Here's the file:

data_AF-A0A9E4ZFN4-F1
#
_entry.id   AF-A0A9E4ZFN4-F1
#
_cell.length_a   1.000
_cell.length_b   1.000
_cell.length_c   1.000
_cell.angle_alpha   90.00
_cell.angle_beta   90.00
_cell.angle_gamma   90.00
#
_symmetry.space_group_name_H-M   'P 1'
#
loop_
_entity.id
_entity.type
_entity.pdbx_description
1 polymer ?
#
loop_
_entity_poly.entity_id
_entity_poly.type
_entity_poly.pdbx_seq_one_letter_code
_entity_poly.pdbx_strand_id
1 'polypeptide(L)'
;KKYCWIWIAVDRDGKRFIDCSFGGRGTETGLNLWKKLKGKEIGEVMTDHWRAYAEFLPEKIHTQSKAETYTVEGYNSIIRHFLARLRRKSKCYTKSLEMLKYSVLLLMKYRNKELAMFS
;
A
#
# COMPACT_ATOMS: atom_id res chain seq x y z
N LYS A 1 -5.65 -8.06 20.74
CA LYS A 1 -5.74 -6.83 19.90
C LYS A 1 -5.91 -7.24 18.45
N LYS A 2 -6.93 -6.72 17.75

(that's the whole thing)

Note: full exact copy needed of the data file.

data_AF-A0A9E4ZFN4-F1
#
_entry.id   AF-A0A9E4ZFN4-F1
#
_cell.length_a   1.000
_cell.length_b   1.000
_cell.length_c   1.000
_cell.angle_alpha   90.00
_cell.angle_beta   90.00
_cell.angle_gamma   90.00
#
_symmetry.space_group_name_H-M   'P 1'
#
loop_
_entity.id
_entity.type
_entity.pdbx_description
1 polymer ?
#
loop_
_entity_poly.entity_id
_entity_poly.type
_entity_poly.pdbx_seq_one_letter_code
_entity_poly.pdbx_strand_id
1 'polypeptide(L)'
;KKYCWIWIAVDRDGKRFIDCSFGGRGTETGLNLWKKLKGKEIGEVMTDHWRAYAEFLPEKIHTQSKAETYTVEGYNSIIRHFLARLRRKSKCYTKSLEMLKYSVLLLMKYRNKELAMFS
;
A
#
# COMPACT_ATOMS: atom_id res chain seq x y z
N LYS A 1 -5.65 -8.06 20.74
CA LYS A 1 -5.74 -6.83 19.90
C LYS A 1 -5.91 -7.24 18.45
N LYS A 2 -6.93 -6.72 17.75